Several key players in Melbourne’s beer and drinks community have banded together to nourish the stomachs and minds of unemployed hospitality workers following the collapse of their industry.
It started as an idea to help feed their co-workers who were all suddenly out of work when the Coronavirus hit.
Now, in a few short weeks, it has turned into an outreach program and its army of volunteers have already driven thousands of kilometres to deliver about 3,500 meals to over 1,000 out-of-work hospitality workers – many of whom are ineligible for stimulus payments like JobKeepers or JobSeekers because they hold foreign visas. The aim now is to produce and deliver 2,300 meals a week and ensure the “mental fitness” of out-of-work hospitality workers is nurtured.
To donate, head here. The charity’s founders say as little as $20 will support a hospitality worker in need for weeks.
“Henry and I thought we would just be feeding 10 to 20 people from our venues. Almost straight away that leapt to hundreds as even those eligible for benefits weren’t getting them as they hadn’t kicked in yet,” Jason said.
“In the early days of this no questions were asked – if you worked in hospitality we were there to help you.
“And then the suppliers started coming out of the woodwork to get behind us. We had catering firms and the like who had stock to use up that was otherwise going to go to waste.
Chan stressed this initiative wasn’t just about filling hungry stomachs, but is equally designed to keep isolated, out-of-work people connected and their well-being protected.
“We will continue this for as long as it takes. There are vulnerable people out there and that will continue for long down the line.”
SUPPORT FROM COLONIAL BREWING CO.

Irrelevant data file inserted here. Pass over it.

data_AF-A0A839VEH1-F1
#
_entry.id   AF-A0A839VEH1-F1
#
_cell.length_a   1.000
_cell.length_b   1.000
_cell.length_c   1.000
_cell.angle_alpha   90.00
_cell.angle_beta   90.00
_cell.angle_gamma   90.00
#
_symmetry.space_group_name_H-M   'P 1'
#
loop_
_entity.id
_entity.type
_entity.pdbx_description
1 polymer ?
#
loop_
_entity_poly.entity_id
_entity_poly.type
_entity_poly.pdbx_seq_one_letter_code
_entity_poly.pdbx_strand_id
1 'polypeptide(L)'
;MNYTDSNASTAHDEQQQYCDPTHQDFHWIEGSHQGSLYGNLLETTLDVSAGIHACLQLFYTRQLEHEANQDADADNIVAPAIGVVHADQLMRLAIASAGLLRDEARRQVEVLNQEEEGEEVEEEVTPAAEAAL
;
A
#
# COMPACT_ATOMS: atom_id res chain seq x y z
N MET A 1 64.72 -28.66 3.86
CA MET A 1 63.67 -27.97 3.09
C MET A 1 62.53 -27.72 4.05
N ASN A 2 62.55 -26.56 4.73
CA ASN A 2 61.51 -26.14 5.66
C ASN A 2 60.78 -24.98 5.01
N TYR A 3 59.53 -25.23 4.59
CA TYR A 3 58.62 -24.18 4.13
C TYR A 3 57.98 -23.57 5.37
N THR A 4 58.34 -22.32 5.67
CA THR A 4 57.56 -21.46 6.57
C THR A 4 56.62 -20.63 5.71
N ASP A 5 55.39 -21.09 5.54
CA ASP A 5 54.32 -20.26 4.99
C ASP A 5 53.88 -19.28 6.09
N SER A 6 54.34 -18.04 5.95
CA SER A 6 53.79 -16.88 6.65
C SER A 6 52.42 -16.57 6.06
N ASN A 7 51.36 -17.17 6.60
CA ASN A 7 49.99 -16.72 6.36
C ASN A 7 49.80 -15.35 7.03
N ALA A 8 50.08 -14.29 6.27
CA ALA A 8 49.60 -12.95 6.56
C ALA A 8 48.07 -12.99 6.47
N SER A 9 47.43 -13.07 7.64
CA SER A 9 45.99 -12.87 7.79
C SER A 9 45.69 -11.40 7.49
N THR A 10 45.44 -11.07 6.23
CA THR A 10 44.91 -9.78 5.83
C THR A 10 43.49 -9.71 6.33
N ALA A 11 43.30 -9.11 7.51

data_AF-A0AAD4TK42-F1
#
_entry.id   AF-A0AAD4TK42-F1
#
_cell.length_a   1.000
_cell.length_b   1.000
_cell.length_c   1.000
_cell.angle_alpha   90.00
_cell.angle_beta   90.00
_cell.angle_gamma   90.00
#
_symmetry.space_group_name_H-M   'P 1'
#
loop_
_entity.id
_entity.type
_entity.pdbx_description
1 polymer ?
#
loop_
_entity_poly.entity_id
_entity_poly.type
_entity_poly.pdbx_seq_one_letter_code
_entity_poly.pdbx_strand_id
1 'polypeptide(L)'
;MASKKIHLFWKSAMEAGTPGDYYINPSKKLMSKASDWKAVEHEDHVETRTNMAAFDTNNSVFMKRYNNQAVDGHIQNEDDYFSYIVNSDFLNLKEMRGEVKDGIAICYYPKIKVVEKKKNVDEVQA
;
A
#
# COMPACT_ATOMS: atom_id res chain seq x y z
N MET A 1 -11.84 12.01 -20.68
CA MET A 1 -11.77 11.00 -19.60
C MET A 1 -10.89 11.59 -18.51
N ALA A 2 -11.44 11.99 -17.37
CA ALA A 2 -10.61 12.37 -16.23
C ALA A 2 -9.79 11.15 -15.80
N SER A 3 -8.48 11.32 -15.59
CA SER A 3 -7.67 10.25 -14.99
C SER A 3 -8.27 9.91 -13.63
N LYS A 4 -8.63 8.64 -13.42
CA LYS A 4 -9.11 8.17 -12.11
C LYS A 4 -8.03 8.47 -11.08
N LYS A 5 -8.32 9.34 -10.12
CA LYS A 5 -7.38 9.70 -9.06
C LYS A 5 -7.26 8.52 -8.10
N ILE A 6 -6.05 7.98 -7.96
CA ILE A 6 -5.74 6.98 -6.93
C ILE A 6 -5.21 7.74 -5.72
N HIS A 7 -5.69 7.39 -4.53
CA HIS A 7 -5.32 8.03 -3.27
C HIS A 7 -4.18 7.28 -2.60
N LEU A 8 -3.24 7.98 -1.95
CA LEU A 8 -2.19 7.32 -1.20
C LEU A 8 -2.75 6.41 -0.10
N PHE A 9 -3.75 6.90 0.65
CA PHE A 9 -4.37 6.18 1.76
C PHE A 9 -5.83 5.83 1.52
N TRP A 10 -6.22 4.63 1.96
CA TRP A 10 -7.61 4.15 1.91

Port Melbourne’s Colonial Brewing Co are also involved and are donating stacks of their beers each week to the charity for them to use as a thank you to suppliers and volunteers.
Their national operations manager Jarrod Stivala said it was a natural and easy decision to get on board after having a long, and solid relationship with Chan from Hats n Tatts.
“When the pandemic broke out we chatted and went through what he and Henry wanted to do. I didn’t have to think about it long. We wanted to give back the support Hats n Tatts had shown Colonial – but more importantly the wider hospitality industry that we rely on,” Stivala said.
“The real heroes in this are Jason and Henry and their teams of suppliers and volunteers. These guys have lost their jobs in some cases but they are out there helping people out.
“Any donations they can get will go a very long way to help out hospo workers who currently can’t pay rent – they can’t pay for food.”
The charity produces a range of chef-cooked, pre-packaged meals which are then distributed via contact-less delivery (currently delivering in a 15km radius from the Melbourne CBD). All of the meals are free of charge and cater to vegans, vegetarians, coeliacs and those who are nut and lactose allergic/intolerant.
The unit cost of producing and delivering a single adult serving size meal ranges between $1 and $3 depending on protein content and dietary requirements.
At their current scale, even $1 will put a meal in the hands of someone who needs support.